(After Colinas)
Into the well of night

a soul falls.

From below, almost afoot

on the heartfelt bottom,

it watches

the moon ripening in the June breeze

echoing the exaltation

and exasperation

of migrating nightingales.

Sometimes a hammer, sometimes a bird,

sometimes a few working words

from black men building

what’s not theirs—

a chance quickening a poem,

only here a rut, there a rut,

tracks everywhere a trap.

Better sometimes to loiter beyond,

dune a cold tongue, dawn

illuminating a hope of shadows.
Stone? Cross? Graveyard's a park,

grass clean-cut as honor guard

marines. Elms better than blight

haunt far hills. For our standoffish toes,

a bronze plaque, one line

to answer who, another

to answer when.
Sky's a gap. Good grown-ups,

we talk basketball. Courtney's

the looker. Afraid of bugs,

hater of haircuts, she wooed

Dad back once, only last chance

he ever took. Isn't this hideout

another deep basement

to wait out time as he loved doing

in a salvaged chair

with tools like second thoughts,

watching light get ready for the dark?
Roads could be palms, so tricky to read.

Way out is way in if enough attention's been paid.

This cold lake port's got beer like gold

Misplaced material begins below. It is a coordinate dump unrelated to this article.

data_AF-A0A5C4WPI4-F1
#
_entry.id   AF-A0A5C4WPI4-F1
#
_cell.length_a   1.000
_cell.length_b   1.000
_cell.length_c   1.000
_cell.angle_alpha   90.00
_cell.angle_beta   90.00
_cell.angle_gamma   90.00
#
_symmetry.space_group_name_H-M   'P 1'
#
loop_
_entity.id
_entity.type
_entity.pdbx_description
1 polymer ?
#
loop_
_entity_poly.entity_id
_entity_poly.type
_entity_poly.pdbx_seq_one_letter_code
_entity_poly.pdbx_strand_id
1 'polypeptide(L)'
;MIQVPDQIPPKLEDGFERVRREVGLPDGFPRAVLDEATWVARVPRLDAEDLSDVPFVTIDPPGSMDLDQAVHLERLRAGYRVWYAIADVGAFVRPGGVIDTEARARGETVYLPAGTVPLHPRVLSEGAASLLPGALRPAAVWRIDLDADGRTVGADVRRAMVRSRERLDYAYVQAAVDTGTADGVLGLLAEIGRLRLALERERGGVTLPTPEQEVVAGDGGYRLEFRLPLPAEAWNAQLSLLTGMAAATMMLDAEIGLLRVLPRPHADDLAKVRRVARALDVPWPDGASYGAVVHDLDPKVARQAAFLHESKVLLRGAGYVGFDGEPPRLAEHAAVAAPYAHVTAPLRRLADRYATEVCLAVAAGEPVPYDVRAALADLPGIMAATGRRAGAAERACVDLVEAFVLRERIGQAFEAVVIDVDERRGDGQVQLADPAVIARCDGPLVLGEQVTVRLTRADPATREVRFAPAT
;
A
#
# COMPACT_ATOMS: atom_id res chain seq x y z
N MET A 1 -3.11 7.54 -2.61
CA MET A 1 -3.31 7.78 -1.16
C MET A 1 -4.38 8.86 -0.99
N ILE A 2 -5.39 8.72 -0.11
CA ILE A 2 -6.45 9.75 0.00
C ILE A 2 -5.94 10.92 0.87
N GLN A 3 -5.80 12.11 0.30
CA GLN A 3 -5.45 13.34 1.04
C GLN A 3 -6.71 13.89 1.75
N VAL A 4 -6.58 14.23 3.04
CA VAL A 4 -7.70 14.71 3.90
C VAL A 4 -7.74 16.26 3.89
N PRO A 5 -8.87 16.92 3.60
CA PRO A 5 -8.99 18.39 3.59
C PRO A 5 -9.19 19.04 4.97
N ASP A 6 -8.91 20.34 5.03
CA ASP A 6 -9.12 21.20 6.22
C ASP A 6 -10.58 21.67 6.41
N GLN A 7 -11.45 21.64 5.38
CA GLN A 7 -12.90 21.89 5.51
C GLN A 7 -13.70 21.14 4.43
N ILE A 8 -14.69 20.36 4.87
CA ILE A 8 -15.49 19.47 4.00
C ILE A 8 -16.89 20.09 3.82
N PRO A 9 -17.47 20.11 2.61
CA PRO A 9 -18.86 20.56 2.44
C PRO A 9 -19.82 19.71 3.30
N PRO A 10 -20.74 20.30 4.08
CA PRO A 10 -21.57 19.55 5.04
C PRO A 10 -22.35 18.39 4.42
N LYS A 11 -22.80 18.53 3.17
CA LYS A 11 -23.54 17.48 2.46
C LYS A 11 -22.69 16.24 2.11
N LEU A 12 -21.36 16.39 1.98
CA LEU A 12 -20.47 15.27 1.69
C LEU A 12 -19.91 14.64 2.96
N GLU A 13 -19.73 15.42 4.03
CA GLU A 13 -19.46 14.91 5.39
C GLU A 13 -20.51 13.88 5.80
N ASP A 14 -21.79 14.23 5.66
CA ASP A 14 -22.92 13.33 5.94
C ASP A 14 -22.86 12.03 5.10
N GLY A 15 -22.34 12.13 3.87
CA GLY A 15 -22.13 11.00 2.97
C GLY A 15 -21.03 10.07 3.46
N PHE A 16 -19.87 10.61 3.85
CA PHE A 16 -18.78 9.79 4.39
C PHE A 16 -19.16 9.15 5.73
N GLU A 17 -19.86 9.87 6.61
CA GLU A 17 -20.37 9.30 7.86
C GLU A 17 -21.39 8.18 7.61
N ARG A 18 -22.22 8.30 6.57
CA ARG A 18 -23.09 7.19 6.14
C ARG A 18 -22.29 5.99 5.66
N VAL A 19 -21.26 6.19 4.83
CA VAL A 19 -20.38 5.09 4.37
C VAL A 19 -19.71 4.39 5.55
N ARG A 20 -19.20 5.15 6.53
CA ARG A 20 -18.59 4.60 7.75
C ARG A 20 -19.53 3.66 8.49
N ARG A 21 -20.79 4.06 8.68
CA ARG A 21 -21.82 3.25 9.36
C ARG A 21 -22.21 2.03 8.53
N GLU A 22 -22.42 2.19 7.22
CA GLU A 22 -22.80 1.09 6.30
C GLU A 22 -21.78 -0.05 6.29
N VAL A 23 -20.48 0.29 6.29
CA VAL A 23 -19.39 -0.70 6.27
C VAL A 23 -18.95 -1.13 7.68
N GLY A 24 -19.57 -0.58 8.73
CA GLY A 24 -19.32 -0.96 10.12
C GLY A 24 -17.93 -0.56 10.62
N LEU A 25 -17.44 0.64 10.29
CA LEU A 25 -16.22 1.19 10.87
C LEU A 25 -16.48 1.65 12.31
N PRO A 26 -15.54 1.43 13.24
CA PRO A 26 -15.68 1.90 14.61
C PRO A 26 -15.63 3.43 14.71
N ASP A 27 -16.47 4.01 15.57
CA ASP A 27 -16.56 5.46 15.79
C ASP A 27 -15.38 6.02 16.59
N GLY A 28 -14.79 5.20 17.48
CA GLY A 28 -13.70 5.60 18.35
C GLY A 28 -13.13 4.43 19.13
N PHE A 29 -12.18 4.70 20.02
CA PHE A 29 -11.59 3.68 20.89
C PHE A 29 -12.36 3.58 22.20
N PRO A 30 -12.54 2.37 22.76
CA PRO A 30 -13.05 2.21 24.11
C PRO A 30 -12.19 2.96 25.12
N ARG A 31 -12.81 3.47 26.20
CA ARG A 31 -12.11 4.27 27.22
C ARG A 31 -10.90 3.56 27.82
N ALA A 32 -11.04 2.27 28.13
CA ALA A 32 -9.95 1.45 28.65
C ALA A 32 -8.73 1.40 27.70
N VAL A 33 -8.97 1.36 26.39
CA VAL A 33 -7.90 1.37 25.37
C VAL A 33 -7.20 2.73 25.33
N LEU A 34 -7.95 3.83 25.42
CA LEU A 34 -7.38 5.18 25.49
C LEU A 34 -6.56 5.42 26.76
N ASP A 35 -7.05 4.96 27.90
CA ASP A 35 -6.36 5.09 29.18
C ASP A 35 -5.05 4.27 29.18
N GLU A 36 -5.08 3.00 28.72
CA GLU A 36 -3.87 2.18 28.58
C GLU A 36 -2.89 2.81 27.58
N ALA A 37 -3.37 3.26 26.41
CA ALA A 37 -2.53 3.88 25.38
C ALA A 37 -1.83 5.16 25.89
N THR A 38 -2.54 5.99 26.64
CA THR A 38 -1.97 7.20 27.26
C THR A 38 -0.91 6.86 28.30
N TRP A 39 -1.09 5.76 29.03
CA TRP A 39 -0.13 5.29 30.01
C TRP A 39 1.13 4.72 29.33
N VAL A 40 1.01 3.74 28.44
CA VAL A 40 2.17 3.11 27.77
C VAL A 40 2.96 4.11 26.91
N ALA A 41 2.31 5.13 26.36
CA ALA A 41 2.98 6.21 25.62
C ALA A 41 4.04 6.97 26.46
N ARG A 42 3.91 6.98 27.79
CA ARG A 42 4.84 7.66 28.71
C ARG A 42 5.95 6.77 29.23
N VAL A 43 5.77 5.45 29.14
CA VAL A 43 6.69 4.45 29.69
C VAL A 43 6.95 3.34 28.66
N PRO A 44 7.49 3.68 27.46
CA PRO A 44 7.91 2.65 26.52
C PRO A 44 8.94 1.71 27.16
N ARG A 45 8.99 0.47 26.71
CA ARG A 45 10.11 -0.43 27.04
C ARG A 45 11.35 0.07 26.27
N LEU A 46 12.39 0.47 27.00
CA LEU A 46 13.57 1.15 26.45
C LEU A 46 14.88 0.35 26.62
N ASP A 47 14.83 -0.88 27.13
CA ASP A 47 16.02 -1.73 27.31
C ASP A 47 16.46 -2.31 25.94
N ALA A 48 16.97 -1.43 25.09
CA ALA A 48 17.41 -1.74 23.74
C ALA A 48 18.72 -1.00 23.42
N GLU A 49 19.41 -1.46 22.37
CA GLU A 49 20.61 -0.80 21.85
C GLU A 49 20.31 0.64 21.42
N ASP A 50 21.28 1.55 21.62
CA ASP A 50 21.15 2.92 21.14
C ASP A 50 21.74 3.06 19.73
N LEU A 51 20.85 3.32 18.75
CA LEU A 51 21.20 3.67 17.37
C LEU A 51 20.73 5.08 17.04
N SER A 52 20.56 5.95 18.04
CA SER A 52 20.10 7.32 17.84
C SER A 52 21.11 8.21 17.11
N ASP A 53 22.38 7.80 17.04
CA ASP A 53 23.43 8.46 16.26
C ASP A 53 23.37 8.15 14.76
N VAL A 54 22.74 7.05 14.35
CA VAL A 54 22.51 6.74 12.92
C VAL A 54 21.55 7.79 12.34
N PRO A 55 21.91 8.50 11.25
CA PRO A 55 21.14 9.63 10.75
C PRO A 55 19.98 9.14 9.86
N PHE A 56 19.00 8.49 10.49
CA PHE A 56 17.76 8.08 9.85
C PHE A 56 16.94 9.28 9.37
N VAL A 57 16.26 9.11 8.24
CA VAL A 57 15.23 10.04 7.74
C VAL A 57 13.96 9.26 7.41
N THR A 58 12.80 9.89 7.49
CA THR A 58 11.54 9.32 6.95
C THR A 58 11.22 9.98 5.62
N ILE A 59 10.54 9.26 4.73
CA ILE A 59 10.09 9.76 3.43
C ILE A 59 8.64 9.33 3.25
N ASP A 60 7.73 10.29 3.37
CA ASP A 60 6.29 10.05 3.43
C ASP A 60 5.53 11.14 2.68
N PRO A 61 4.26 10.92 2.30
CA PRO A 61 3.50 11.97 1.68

brewed below its bars

like Dad's hidden homebrew.
J. TARWOOD has been a dishwasher, a community organizer, a medical archivist, a documentary film producer, an oral historian, and a teacher. Much of his life has been spent in East Africa, Latin America, and the Middle East. He has published four books, The Cats in Zanzibar, Grand Detour, And For The Mouth A Flower, and What The Waking See, and his poems have appeared in magazines ranging from American Poetry Review to Visions. He has always been an unlikely man in unlikely places.

dancers tipping wine glasses on a tray stray off stage

to the edge the corners of the room moist

from breath and laughter
they hoof-tap slowly back

stiffen to a pose

drape across tables lift legs

in slow motion to top hat

glasses raised against the screen ―

could be a wedding with pearls

a funeral with pietas

a lost space in a bar

sweet mouths split glasses of champagne

stake their fate like vampires

Roxy counts tears

holds a tin can for pennies

as it is the wind
discarding velasques‘ classical figures emerging

into full light their spaces folded in volumes of

flesh of dramatic gestures within each line of

the triangular composition the glowing reds

I view the open land of a stretched canvas
as large as his las meninas with the royals staring

into the room at the infanta margurieta

but I am not a king or a queen & the little princess

in front of me is but a photograph of you

with your hair tied back in much the same way
as it is the wind I want to capture blowing

through each strand the glint in your eyes

caught by the sun’s rays the intimated gesture

of your right hand not yet in motion & words

of intent I can but read on your quizzical eyebrows

I cannot use lines of composition of placement

of defining colors only the abstracted shattering

of features gestures light

girl with jug
sometimes I imagine you are Vermeer

as I fill the jug with milk to the lip

sunlight edging the table
I tuck my hair under my cap

note the Naples-yellow clouds reflected